The second baseman stands in between first and second and is shaded towards the second base side.
The shortstop stands in between second and third and is also closer to the second base side.
The second baseman covers second base on a double play when the ball is hit to the shortstop. When the ball is hit to the second baseman, the shortstop takes over the role of covering second base.
One of the two players should have the primary responsibility of covering second base on a stolen base attempt, with the other backing up the bag.
Each player should act as a cut off man for balls hit to the outfield; the shortstop for balls hit to left field and the second baseman for balls hit to right field.
The third baseman has the responsibility of fielding batted balls on the left side of the infield that are beyond the shortstop's range. The position is known as the "hot corner" due the amount of high velocity balls hit on the third base side, so great reflexes are needed at third.
Third basemen also tend to have the strongest arms in the infield because of the need to throw across the infield to 3rd base. Third baseman also need to be able to field bunts as well as throws to third base on stolen base attempts and force-out opportunities.
Catching on the surface may seem like a simple job but the position of catcher is quite complicated. Their basic duty is to catch pitches and block balls in the dirt, and then return the ball to the pitcher. But pre-play they relay signs to the pitcher to let them know what pitch to throw.
When runners are on base, the catcher has to be mindful and throw to the appropriate base if a runner is stealing or gets too far of a lead off.
Catchers should also know how to block the plate for plays at the plate, ideally without getting hurt. Veteran catchers often also have the responsibility of being in charge of infield defensive alignments.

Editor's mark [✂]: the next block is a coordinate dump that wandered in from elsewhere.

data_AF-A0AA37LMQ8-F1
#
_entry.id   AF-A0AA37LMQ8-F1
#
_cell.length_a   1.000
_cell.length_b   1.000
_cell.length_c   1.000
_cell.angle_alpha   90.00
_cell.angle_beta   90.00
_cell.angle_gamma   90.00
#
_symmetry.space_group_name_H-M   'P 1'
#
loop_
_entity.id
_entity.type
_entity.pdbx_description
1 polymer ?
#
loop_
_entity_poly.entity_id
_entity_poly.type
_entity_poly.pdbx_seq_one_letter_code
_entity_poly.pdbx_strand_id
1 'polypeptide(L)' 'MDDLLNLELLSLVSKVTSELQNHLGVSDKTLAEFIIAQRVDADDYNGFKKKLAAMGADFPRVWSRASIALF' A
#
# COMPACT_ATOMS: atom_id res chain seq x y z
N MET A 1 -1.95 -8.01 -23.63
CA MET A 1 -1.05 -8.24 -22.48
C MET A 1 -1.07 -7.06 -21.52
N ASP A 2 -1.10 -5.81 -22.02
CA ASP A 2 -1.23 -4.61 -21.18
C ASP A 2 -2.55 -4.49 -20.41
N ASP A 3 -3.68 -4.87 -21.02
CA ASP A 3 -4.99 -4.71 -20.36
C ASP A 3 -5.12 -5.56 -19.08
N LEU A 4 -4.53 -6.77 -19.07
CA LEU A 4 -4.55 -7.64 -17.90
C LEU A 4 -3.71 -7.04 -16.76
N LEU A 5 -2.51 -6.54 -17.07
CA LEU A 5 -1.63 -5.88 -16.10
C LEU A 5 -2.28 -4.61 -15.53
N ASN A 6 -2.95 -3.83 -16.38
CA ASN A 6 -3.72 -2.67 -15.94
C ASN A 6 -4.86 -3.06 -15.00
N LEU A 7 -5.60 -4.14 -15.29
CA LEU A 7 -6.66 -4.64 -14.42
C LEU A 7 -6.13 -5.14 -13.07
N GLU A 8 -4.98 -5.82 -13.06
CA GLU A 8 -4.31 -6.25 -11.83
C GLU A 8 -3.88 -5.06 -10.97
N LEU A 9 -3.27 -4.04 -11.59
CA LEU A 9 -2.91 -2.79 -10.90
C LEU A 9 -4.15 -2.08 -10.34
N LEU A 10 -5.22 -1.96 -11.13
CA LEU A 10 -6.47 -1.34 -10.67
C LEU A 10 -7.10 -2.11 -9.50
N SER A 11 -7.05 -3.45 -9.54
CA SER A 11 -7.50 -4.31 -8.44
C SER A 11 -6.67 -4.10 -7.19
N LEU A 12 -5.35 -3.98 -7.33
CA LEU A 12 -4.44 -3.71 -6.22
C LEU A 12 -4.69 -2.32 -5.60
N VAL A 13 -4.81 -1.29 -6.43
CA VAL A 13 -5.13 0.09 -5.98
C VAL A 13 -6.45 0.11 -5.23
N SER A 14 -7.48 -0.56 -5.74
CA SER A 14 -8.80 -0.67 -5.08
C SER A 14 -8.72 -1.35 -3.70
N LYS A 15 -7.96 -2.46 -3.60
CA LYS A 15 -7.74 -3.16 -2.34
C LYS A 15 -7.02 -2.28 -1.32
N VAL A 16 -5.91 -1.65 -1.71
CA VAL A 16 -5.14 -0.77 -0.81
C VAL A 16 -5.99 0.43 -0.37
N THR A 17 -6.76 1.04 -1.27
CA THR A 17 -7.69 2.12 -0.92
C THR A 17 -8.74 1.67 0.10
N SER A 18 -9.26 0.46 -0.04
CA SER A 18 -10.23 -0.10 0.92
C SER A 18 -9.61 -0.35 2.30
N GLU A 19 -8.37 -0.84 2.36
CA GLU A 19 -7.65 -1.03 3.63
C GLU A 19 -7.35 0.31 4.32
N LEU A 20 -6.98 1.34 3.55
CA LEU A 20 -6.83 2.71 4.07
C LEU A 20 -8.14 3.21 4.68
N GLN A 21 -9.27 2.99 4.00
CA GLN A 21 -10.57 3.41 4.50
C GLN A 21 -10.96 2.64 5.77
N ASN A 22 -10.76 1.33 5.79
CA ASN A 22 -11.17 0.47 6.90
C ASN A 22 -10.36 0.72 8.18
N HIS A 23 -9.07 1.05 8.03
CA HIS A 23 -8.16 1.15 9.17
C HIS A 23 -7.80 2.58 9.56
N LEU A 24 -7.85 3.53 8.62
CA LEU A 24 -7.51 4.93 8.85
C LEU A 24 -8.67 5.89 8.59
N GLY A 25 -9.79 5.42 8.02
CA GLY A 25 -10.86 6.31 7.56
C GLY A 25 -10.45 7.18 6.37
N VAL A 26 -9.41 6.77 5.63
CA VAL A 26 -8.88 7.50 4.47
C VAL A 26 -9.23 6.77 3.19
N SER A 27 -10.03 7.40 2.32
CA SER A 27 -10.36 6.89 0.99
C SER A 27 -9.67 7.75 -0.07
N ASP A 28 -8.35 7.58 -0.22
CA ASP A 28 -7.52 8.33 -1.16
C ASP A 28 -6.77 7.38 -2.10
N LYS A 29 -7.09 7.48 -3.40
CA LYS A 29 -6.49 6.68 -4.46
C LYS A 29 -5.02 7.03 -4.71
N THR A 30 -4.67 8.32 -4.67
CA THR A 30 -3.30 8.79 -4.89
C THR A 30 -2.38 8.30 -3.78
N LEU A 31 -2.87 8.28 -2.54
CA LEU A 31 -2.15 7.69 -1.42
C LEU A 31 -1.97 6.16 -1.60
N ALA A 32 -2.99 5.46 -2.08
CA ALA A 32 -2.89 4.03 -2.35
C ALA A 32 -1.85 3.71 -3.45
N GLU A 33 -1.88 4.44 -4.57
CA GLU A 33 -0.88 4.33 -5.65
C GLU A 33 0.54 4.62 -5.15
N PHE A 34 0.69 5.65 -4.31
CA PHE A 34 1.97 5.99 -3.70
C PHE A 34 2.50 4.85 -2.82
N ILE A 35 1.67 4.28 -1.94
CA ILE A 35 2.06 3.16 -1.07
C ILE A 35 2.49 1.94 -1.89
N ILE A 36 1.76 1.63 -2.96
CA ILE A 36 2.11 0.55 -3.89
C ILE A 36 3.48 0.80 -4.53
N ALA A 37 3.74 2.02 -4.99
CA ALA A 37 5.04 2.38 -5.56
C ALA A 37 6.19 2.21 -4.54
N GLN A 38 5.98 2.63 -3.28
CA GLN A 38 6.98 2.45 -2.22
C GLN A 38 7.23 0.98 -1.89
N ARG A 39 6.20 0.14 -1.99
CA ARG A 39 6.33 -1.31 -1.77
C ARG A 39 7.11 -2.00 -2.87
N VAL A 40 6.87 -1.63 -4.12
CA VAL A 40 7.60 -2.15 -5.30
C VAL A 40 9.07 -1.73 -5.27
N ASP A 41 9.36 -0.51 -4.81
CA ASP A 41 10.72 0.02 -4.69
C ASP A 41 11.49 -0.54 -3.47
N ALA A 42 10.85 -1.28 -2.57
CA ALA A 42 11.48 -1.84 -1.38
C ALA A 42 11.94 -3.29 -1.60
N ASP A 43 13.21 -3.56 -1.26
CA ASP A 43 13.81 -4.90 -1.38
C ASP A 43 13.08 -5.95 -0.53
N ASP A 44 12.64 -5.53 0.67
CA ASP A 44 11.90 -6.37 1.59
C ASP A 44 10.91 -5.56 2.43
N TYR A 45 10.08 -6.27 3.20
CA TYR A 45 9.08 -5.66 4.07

The pitcher delivers the ball to the plate to start every play, with the goal being to retire the batter by strike out, fly out or force out. Pitchers have a variety of pitches to use to accomplish this. These include the fastball, curveball, slider, changeup, and more.
Pitchers also need to be able to field their positions, catching pop flies and charging to field short dribblers or bunts. They also act as the back-up on plays at the plate, in case the ball gets by the catcher.
There are multiple types of pitchers employed by a team:
- Starters start the game and generally have the most stamina.
- Relievers come in after a starter gets tired or puts up a poor performance. They generally pitch one to two innings.
- Closers finish the game when there is a close score and are expected to perform in high-intensity situations.
Chris Callaway started writing professionally in 2007 and has worked as sports editor, managing editor and senior editor of "The Racquet" as well as written for the "La Crosse Tribune" and other newspapers in western Wisconsin. He graduated from the University of Wisconsin-La Crosse with a Bachelor of Arts in English and communications.